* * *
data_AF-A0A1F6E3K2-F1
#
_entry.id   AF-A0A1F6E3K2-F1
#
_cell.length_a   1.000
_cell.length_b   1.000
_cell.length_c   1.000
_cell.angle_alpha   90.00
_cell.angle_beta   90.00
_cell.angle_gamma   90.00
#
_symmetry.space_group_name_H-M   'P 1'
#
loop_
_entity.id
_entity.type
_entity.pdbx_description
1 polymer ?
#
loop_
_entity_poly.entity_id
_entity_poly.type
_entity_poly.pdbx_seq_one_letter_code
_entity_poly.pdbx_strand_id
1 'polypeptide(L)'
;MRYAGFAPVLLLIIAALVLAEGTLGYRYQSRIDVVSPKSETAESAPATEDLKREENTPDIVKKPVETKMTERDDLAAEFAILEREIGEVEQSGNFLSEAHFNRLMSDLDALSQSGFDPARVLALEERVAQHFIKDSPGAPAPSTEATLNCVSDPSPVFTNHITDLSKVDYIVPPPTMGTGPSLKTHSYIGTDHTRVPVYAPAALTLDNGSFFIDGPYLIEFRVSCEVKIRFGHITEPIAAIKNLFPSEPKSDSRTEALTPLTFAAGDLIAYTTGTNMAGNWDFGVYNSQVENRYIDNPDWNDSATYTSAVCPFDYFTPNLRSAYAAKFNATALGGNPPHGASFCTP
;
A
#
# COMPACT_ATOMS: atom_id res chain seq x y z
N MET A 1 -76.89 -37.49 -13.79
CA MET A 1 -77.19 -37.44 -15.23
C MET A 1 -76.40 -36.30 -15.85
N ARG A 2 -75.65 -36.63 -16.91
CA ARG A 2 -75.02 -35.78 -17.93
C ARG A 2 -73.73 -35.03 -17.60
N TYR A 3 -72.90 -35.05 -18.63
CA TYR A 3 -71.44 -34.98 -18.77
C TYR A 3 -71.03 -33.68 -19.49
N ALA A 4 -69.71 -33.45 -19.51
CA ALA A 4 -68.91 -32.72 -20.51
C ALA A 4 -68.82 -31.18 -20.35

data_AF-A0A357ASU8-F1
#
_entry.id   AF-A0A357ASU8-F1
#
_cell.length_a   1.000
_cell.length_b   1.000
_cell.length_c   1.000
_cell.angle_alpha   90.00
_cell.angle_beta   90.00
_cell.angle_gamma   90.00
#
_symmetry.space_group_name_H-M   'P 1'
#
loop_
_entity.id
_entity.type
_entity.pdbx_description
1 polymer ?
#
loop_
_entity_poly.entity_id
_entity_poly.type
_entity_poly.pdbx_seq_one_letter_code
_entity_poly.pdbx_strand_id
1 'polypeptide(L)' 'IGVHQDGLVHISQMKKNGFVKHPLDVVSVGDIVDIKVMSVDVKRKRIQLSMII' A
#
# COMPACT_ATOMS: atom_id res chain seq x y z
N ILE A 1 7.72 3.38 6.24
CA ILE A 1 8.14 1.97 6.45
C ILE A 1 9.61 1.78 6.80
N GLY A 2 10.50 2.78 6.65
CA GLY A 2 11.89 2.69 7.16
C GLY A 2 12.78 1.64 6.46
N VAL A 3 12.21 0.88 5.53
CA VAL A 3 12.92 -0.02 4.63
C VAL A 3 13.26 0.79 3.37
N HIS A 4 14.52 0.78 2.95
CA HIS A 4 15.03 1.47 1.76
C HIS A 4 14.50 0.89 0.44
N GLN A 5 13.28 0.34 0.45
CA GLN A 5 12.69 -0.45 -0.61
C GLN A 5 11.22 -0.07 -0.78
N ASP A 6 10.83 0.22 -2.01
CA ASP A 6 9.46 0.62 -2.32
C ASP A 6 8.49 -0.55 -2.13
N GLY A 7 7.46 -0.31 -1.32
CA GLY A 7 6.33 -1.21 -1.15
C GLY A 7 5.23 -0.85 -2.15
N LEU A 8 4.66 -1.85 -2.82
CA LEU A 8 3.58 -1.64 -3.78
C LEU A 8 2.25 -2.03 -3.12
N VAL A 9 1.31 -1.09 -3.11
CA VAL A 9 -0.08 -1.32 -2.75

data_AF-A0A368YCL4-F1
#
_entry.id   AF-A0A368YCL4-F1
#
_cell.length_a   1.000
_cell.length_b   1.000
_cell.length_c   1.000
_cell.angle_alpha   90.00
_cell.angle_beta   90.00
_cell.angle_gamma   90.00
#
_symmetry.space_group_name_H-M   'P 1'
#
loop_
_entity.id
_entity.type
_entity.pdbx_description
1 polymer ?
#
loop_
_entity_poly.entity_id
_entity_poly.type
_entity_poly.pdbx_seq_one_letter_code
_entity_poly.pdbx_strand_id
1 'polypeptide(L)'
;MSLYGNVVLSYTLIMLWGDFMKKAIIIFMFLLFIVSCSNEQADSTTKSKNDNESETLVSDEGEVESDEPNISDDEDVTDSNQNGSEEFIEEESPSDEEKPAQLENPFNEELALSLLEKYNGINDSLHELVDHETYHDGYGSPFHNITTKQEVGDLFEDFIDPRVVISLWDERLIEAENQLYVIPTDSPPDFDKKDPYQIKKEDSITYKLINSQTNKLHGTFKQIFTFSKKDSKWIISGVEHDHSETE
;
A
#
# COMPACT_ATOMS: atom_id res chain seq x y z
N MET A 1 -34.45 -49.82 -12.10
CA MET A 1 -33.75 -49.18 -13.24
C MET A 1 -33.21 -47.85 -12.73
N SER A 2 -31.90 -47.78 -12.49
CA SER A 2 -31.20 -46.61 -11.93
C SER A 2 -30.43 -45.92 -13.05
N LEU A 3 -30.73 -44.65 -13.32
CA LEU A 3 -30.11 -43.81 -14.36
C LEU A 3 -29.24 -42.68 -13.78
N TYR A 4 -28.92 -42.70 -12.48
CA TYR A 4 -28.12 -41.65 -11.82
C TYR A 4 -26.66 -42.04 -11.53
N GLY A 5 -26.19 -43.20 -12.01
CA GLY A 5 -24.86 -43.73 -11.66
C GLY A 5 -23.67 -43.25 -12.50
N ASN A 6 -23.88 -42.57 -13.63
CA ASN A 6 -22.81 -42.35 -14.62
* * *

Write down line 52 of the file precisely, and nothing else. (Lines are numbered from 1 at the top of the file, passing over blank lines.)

_cell.angle_gamma   90.00